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Daria Blackwell

The Naked Truth

21 Questions for Daria

Alex Blackwell

The Butterfly Effect Series

Book 1
The Butterfly Effect
It Started on 9/11

Book 2
The Brotherhood
Acquisition of Power

Book 3

Oyster Delight

What Motivated Alex Blackwell to write?

21 Questions for Alex

Non Fiction

Happy Hooking - the Art of Anchoring

Crusing the Wild Atlantic Way


Onyx the Cruising Kitty

Media Center
Crowd Sourced Editing

Our Titles

Twenty(one) questions for the author

Alex Blackwell - AuthorAlex Blackwell, author of The Butterfly Effect: It started on 9/11, reveals how he came to write the book and what his plans for the future are. The Butterfly Effect mixes fact with fiction to build a thriller of massive proportions, detailing what led up to 9/11 and what may yet transpire as a consequence of this horrific event. It also touches on Irish immigration to the US and draws from his sailing experiences.

  1. What made you write this book?
    I love reading and have always been fascinated by multi-threaded novels; stories with multiple plots that are inextricably intertwined. Life is like that. You live your life, but your story touches other people’s stories. Your actions will affect theirs and visa-versa. What befuddled me is how to invent, or rather put to paper, a story-line that mimicked reality in this way. Then again, reality does often mimic a story.

  2. How did you come up with this particular idea?
    My wife, Daria, and I were living in northern New Jersey within 20 miles of the World Trade Center in Manhattan on 9/11. Everyone in the area, along with so many others in the world, was deeply affected by this event. So, that part was in me and wanted to get out. The initial storyline just popped into my head one day. The rest, the characters, the other plots, they surprised me just as much as I hope they will intrigue the reader.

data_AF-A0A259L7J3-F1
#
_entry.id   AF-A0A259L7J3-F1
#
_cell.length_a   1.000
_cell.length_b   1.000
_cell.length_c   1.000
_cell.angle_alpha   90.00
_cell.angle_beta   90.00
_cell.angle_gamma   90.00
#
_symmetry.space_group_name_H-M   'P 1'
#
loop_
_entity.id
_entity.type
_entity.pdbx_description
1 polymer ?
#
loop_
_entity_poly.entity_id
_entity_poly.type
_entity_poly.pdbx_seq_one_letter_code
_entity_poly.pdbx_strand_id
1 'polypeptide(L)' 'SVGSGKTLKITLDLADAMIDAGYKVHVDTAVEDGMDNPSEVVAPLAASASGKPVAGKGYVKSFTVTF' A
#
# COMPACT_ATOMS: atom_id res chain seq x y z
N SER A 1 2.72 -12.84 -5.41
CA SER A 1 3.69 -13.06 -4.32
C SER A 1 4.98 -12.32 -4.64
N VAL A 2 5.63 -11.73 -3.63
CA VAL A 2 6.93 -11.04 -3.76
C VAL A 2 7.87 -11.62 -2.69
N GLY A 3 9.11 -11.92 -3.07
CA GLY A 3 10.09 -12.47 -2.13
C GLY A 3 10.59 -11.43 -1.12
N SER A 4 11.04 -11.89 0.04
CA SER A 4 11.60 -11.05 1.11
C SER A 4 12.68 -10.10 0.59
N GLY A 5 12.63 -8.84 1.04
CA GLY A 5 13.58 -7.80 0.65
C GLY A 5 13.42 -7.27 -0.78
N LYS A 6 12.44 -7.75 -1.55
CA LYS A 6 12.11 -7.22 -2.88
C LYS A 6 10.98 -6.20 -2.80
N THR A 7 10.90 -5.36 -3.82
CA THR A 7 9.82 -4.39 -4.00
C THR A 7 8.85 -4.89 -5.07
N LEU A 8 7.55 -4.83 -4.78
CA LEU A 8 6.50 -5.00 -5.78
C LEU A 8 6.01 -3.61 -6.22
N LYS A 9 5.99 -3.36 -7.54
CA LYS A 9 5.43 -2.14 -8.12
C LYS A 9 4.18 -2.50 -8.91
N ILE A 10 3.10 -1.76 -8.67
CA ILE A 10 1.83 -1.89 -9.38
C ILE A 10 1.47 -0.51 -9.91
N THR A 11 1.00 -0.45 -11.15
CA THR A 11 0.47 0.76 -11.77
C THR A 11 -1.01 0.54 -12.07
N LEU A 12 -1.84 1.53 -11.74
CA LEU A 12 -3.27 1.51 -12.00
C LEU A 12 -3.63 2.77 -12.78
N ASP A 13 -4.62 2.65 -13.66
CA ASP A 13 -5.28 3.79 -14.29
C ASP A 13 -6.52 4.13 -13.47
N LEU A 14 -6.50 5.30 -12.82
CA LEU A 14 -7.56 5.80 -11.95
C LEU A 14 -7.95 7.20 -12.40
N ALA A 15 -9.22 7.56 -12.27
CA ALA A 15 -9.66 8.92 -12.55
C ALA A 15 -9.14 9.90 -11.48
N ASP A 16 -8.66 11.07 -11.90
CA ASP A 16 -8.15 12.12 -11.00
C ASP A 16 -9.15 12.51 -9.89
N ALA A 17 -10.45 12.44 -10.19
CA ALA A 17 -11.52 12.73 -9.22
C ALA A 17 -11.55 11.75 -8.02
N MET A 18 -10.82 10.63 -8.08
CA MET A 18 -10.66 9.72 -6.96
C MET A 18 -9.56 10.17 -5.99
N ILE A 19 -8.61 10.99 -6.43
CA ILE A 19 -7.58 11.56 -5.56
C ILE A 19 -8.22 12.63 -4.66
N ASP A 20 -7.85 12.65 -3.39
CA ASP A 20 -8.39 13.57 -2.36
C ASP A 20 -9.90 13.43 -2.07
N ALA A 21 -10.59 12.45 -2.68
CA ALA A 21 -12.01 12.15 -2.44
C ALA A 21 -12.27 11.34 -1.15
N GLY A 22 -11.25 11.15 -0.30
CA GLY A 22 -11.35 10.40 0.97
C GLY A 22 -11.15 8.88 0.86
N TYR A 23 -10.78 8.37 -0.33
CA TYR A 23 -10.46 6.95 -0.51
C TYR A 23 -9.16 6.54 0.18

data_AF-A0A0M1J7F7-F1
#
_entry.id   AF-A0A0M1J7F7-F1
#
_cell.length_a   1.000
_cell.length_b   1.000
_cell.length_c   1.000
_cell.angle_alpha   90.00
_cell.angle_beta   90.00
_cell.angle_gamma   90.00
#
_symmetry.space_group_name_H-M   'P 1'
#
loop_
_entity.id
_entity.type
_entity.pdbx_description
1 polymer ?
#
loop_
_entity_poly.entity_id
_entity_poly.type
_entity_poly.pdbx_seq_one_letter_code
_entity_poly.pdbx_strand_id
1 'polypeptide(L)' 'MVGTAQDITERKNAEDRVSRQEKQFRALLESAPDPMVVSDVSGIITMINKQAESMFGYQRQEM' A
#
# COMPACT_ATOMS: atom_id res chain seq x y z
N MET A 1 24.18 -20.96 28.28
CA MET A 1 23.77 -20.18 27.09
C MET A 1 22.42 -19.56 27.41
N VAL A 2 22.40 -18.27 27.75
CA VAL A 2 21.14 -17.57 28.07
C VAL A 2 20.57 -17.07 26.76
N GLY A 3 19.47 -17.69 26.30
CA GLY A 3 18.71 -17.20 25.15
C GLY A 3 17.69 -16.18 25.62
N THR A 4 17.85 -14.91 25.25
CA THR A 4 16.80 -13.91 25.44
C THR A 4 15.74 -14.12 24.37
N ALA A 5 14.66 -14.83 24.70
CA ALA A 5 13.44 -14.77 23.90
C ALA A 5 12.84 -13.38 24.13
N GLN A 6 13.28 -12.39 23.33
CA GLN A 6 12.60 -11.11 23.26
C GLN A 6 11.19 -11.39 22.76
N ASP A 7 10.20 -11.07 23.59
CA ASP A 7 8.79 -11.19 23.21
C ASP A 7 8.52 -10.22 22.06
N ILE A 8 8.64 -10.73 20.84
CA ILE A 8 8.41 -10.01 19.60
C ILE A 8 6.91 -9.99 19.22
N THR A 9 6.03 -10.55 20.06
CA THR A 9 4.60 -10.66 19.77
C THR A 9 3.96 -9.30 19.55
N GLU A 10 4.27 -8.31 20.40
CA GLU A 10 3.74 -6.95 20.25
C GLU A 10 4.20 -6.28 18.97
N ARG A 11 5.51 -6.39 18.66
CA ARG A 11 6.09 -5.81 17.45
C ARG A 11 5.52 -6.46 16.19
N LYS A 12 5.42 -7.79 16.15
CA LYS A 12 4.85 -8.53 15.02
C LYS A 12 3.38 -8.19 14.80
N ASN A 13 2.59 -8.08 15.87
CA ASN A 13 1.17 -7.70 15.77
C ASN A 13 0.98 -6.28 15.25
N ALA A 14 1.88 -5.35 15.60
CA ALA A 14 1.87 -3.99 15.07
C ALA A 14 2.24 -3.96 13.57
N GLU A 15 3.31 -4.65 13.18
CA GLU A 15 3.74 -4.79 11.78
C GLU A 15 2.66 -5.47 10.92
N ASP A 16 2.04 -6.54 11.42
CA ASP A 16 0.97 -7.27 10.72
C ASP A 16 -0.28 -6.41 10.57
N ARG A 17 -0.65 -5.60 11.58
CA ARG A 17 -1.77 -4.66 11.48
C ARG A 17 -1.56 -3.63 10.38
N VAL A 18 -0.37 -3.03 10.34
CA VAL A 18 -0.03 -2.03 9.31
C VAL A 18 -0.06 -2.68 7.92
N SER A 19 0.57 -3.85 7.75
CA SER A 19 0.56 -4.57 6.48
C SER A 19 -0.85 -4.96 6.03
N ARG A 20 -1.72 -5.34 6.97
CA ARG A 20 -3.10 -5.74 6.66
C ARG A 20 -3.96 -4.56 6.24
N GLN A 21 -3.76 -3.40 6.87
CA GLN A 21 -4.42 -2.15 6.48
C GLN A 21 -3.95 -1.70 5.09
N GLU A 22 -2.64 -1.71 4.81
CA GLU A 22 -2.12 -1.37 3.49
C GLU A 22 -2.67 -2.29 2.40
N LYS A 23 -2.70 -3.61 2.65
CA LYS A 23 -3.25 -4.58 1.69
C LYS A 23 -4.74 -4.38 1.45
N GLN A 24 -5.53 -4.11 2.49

3. How did you know all the technical things, like computers?
    I grew up during the time when mainframe computers were being developed and desktop PCs were just starting to come out. I did my share of building components at school, and later learned programming on a PDP-10.

  4. What was your life like before you started writing?
    My life has always been very full. Together with my wife Daria, I have sailed to distant shores, crossing oceans and visiting many countries. Having said that I find myself always looking for new challenges, which includes a quest for what I want to do when I grow up. Perhaps writing is it; I certainly have enjoyed it.

  5. What are some things you struggled with most?
    I felt the need to encapsulate my story in actual historical events – perhaps to make it more real for the reader. Making these passages more part of the story and less dry has perhaps been my hardest task. Another struggle has been to limit the number of sub plots. New characters kept knocking on the door wanting to join the story. There came a point where I had to tell them to wait for the next book.